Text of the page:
The installation of artificial turf on playing fields and utilizing rock and wood mulch in parkway strips are other examples of conversion efforts being taken by PRCS.

Reclaimed water

About 90 acres or 11% of irrigated park acreage is watered using reclaimed water. PRCS is always looking for opportunities to expand its usage of reclaimed water, however, associated infrastructure costs often make it prohibitive.  

Irrigation technicians

All Park employees responsible for irrigation management use smart phones that can manually and remotely operate the irrigation system controller and check its operating status. Technicians are also alerted via text when there is a problem with the irrigation system. 

Park design

When parks are either newly built, like John Venezia Park, or redesigned, like Panorama Park, water conservation is a high priority. 

Opened in 2017, Venezia is a great example of a park designed for our climate. It is a 30-acre park with only two acres of bluegrass. It also features intentional use of synthetic turf on athletic fields and playing areas, as well as 7.5 acres of native grass. In addition to its playground space, the park also has landscape beds with woodchips, rocks, appropriate plants and a highly efficient sprinkler system with rotary nozzles.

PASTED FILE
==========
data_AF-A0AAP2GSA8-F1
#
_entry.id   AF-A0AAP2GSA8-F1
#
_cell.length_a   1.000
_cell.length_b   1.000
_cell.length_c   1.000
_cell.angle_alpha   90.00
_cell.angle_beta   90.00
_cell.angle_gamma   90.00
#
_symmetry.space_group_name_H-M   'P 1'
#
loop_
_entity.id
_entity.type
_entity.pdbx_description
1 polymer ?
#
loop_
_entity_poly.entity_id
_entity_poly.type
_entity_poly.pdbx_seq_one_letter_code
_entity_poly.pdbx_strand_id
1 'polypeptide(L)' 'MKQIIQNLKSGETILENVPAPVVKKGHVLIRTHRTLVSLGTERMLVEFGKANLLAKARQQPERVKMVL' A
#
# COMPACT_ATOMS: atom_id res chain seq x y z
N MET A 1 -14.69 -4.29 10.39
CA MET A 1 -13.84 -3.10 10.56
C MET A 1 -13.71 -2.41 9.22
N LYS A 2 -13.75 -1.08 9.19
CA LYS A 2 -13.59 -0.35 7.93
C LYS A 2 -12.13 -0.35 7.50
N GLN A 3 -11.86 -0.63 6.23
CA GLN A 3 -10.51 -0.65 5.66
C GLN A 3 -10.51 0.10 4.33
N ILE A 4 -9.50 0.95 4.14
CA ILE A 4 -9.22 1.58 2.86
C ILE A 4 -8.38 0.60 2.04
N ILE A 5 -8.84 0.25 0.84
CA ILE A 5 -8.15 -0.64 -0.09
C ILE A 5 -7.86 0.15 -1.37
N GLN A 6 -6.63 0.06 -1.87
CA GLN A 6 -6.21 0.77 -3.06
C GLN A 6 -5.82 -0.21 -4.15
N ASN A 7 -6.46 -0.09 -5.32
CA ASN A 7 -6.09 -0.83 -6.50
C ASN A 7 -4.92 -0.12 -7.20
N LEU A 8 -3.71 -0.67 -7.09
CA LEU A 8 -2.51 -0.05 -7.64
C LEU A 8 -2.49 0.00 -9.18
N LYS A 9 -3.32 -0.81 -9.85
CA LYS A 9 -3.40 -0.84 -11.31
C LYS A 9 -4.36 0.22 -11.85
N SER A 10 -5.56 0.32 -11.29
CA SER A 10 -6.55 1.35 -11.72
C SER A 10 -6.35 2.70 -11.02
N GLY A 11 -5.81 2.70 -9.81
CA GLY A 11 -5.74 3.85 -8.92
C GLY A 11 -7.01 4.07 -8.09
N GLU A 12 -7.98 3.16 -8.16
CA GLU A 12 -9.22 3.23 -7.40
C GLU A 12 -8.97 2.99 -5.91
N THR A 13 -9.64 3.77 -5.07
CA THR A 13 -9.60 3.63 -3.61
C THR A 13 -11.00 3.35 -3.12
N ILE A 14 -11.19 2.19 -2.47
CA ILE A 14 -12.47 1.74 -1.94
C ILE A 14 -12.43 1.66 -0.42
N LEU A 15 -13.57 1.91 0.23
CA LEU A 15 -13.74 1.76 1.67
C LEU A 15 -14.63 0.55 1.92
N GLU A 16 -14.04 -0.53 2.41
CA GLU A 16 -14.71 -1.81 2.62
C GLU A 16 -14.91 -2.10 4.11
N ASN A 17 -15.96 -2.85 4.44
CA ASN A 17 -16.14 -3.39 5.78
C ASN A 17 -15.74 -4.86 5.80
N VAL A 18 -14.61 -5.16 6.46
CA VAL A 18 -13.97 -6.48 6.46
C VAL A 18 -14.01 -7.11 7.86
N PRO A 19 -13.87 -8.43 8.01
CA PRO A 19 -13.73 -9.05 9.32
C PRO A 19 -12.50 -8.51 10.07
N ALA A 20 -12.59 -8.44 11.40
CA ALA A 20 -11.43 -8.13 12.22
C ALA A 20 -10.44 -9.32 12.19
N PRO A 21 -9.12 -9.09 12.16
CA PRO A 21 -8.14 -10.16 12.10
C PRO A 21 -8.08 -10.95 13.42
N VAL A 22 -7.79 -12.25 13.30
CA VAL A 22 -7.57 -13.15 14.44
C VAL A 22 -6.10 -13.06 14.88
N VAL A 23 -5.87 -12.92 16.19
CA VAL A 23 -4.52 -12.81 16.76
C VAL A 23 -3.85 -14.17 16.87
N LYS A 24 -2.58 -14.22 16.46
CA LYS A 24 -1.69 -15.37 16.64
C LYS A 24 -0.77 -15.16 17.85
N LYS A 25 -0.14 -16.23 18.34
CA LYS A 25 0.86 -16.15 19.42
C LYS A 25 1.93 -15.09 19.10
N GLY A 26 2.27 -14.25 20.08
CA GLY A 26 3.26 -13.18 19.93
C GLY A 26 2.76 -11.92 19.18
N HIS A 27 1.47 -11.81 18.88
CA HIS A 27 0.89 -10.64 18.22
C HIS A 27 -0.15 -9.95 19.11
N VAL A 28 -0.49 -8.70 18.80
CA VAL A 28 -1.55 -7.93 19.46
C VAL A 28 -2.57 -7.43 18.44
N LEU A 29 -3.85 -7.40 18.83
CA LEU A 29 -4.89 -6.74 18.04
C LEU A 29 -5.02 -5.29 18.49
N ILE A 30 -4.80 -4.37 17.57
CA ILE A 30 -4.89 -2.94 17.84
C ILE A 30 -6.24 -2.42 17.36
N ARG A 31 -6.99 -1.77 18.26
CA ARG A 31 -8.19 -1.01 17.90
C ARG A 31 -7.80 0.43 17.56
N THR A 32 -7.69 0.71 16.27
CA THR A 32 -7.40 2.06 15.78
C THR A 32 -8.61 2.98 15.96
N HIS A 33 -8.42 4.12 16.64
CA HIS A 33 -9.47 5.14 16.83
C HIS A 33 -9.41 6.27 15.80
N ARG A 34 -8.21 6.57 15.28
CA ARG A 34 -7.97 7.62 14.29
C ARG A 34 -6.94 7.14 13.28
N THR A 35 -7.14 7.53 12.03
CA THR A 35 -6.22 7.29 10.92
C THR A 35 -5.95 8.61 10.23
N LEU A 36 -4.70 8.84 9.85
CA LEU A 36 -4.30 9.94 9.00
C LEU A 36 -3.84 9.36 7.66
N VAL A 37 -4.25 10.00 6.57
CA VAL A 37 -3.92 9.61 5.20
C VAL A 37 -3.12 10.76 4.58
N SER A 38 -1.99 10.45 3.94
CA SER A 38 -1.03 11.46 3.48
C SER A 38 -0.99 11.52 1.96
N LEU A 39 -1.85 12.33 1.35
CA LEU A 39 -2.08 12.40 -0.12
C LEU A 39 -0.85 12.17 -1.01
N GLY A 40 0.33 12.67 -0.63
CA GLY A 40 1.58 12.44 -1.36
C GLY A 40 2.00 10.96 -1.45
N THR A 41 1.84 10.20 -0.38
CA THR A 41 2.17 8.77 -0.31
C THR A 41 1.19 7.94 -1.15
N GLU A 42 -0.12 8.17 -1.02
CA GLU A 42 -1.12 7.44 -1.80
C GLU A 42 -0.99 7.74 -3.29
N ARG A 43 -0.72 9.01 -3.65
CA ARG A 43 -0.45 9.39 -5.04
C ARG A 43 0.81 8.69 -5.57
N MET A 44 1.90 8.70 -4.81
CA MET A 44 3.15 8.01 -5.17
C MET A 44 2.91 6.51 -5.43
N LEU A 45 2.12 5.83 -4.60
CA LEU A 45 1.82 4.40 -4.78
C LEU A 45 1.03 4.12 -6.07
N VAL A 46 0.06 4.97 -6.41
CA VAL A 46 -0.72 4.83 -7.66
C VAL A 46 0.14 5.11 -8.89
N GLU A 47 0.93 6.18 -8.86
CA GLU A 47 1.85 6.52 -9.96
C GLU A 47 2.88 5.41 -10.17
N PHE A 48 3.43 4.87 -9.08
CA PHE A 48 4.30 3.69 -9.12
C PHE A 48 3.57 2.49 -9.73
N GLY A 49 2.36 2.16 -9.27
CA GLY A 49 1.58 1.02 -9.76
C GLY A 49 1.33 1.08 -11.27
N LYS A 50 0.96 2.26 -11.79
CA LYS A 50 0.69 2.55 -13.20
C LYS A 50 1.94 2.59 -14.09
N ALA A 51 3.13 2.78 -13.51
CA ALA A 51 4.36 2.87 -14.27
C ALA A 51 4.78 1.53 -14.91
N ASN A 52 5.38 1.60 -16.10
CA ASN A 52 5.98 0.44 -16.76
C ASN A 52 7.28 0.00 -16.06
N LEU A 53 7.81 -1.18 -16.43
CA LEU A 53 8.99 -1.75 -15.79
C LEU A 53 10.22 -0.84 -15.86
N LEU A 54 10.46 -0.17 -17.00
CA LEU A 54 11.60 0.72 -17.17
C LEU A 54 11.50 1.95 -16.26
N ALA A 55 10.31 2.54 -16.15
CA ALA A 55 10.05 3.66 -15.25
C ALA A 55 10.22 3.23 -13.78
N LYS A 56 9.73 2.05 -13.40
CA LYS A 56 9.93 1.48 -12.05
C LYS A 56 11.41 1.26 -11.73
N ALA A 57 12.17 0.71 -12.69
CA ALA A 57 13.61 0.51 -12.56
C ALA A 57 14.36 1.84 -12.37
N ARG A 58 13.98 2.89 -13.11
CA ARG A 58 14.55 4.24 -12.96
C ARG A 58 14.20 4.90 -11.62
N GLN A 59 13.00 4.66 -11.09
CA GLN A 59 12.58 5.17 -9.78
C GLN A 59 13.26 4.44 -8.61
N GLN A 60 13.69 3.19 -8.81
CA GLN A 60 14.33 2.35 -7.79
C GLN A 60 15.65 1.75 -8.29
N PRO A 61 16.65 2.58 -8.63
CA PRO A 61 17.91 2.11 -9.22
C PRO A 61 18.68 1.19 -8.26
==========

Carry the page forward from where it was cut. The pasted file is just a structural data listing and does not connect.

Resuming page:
The design concept for Panorama Park, which recently completed a master plan process, is very similar to Venezia from a water conservation perspective.

Water use at municipal golf courses

The City of Colorado Springs owns two golf courses – Patty Jewett and Valley Hi – that operate as City enterprises. The courses use a variety of practices to conserve water. 

The courses strive to maintain a critical balance of using just enough water to keep grass alive while also ensuring turf is playable throughout the day. A computerized central irrigation system and the use of on-site weather stations with soil moisture meters help maintain that balance. 
Both courses also use reclaimed water to irrigate the turf. Another best management practice is the timely use of fertilizers and surfactants throughout the year to maintain a healthy plant that can withstand both environmental conditions and play.  

Looking for tips on how you can conserve water?

Colorado Springs Utilities – an enterprise of the City of Colorado Springs – has many online resources available for those interested in learning how to conserve water including free water wise landscape workshops. Visit their site and navigate to the “Ways to Save” tab to learn more.